What Does The Reformed EB-5 Investor Visa Mean For Investors?

5 Apr, 2022 09:29 IST|Sakshi Post

Immigration law expert Naresh M. Gehi decodes its complex ramifications.

On March 15, American President Joe Biden signed the omnibus spending bill, which included the EB-5 Reform. What does it stand for exactly? The EB-5 Reform and Integrity Act is bipartisan legislation introduced in 2019 and again in 2021 in Congress with the view of reforming the EB-5 Immigrant Investor federal program, which provides green cards to certain foreign investors. How is it going to work now in the context of Indian investors?

Mr Naresh M. Gehi, Immigration Law Expert and Founder & Principal Attorney, Gehis Immigration & International Legal Services, explains, "The employment-based EB-5 investor visa plan was first created in 1990 with a specification of a set standard amount of Rs. $1 million for investment, whereas it was standardised at $500,000 for TEA-targeted employment area."

Categorically speaking, he says, the EB-5 investor visa is characterised by two distinct programmes: The Stand-Alone programme does not have an expiration date. The Regional Center programme has an expiration limit and requires regular reauthorization. The latter holds more popularity amongst the EB-5 investors because the Regional Center programme takes into account the full-time jobs of the enterprises as well as the investments and indirect job creation done by the applicants.

However, since 2021, says Naresh M. Gehi, several visas of those who had invested under the Regional Center programme have lapsed due to the refusal of US citizenship and immigration services (USCIS) to process them. This was due to a lawsuit that claimed statutory authorisation was not a mandatory requirement for the adjudication of visas and citizenship green cards.

After the conflict regarding the legislation related to the Investor Visa programme, it has been declared that the programmes that expired more than eight months ago will be funding the federal government for the remaining year as part of the spending package. He adds, "As for the lapse of the reauthorization of the Regional Center programme concerning the investments made, the green cards will further be determined under the US citizenship and immigration services-Homeland security. Additionally, while the investment amount will rise to $800,000 for high employment investments and rural areas, it will be up to $1,050,000 for other ventures."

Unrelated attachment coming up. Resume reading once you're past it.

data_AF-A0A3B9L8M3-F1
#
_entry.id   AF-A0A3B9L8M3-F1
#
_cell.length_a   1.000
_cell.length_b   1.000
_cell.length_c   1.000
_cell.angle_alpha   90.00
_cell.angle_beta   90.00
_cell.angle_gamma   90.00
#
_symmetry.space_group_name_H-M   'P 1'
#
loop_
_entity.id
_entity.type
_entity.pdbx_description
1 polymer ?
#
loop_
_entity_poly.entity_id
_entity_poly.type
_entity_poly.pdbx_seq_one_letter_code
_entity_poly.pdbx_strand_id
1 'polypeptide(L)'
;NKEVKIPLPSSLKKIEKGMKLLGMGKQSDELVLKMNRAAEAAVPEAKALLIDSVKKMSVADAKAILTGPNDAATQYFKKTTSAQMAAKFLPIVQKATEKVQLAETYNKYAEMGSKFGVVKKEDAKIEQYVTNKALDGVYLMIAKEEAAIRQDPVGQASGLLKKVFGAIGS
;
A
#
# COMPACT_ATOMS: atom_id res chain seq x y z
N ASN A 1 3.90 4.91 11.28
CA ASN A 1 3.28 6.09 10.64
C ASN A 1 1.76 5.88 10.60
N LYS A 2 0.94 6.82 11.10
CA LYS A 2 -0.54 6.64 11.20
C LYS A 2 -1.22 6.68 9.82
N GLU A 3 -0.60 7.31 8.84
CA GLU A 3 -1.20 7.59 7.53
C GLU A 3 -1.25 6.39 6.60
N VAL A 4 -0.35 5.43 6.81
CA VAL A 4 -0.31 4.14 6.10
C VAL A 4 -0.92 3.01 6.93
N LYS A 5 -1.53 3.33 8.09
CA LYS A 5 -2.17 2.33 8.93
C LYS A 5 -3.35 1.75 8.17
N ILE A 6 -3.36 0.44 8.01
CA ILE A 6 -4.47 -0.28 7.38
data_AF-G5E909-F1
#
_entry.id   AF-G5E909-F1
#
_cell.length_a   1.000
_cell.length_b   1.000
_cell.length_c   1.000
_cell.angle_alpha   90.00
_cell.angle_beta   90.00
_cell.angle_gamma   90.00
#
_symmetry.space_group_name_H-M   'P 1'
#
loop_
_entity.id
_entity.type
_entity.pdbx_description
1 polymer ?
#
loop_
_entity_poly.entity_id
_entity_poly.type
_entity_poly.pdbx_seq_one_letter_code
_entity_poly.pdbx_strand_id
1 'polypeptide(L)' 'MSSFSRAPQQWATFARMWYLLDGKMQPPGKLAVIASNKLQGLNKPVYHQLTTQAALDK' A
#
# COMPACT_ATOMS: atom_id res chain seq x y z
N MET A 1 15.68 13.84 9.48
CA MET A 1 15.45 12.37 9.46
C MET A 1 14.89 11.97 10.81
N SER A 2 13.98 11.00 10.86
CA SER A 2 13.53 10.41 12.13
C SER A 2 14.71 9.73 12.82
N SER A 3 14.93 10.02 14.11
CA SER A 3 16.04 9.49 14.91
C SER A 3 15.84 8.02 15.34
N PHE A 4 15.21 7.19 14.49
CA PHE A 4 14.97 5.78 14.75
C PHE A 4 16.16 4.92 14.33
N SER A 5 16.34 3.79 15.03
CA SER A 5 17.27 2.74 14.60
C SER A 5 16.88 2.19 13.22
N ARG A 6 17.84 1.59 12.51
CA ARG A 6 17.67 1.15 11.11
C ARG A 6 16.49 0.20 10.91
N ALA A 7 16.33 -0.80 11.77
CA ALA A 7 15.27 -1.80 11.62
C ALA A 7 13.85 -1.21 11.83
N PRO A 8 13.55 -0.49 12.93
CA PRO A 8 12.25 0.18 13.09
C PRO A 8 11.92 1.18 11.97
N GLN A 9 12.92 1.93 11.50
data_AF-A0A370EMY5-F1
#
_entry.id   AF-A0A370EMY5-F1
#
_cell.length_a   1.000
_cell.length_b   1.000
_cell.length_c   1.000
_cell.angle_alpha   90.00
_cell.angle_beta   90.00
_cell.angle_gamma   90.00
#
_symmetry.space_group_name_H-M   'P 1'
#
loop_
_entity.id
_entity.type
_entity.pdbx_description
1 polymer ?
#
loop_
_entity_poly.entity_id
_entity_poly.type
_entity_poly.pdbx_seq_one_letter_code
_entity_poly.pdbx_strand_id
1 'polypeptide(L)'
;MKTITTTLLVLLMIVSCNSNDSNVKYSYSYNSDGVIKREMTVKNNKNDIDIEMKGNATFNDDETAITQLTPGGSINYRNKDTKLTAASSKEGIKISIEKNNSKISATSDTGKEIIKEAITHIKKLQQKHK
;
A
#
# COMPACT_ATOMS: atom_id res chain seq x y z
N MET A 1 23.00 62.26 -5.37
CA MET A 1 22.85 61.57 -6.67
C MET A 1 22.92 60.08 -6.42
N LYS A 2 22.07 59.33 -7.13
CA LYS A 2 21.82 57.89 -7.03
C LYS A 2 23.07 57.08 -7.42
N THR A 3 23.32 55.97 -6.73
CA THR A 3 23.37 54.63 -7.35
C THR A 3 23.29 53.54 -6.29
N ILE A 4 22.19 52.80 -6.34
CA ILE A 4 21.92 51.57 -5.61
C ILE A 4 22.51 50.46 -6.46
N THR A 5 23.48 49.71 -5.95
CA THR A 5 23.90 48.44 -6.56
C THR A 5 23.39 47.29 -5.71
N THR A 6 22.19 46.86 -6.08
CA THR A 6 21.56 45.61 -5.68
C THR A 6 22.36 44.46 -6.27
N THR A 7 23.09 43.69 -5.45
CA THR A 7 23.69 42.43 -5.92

He informs us that two new fees will be created to cover the costs of a new integrity enforcement fund created under the new legislation. The fund will cover the cost of audits and site visits to ensure that participants comply with immigration laws. The annual fee is around $20,000 (to be covered by each regional centre), and there will be an additional $1,000 investor filing fee.

About the estimated processing time for EB-5 applications, he says, "The Department of Homeland Security (DHS) has to determine how to achieve processing time goals of under six months for I-526 petitions and under one year for I-829 petitions." The DHS and USCIS are expected to attend to this important issue and to work hard to resolve it."

Naresh M. Gehi is often asked how the visa status can be adjusted after filing for the EB-5 program.

He answers, "The adjustment of status under the EB-5 programme will be done concurrently, which means that the investor petition and the I-485 adjustment of status application will be filed together." This will allow the investor to continue to stay in the United States with their spouse and children under the age of 21 until the investor's application is approved. He/she can apply for a work permit, get a social security number, a driver's license, and obtain a travel document to travel outside the United States until a decision is made on the application. This is a big advantage of the new law, especially because in the past, the I-526 investor visa petition had to be approved before the investor was allowed to apply for an adjustment of status. The biggest disadvantage of the old law was that the USCIS was taking several years to adjudicate the investor visa petition, which made life very difficult for investors who generally had short-term visas to stay in the United States."

The new legislation, he says, aims to provide greater protection to investors and prevents the denial of applications based on the expiration of the Regional Center programme and directs USCIS to continue to allocate green cards to applications filed before September 30, 2026. The Act also allows the investors to complete the permanent residence process despite the termination or debarment of an EB-5 entity or Regional Centre programme."

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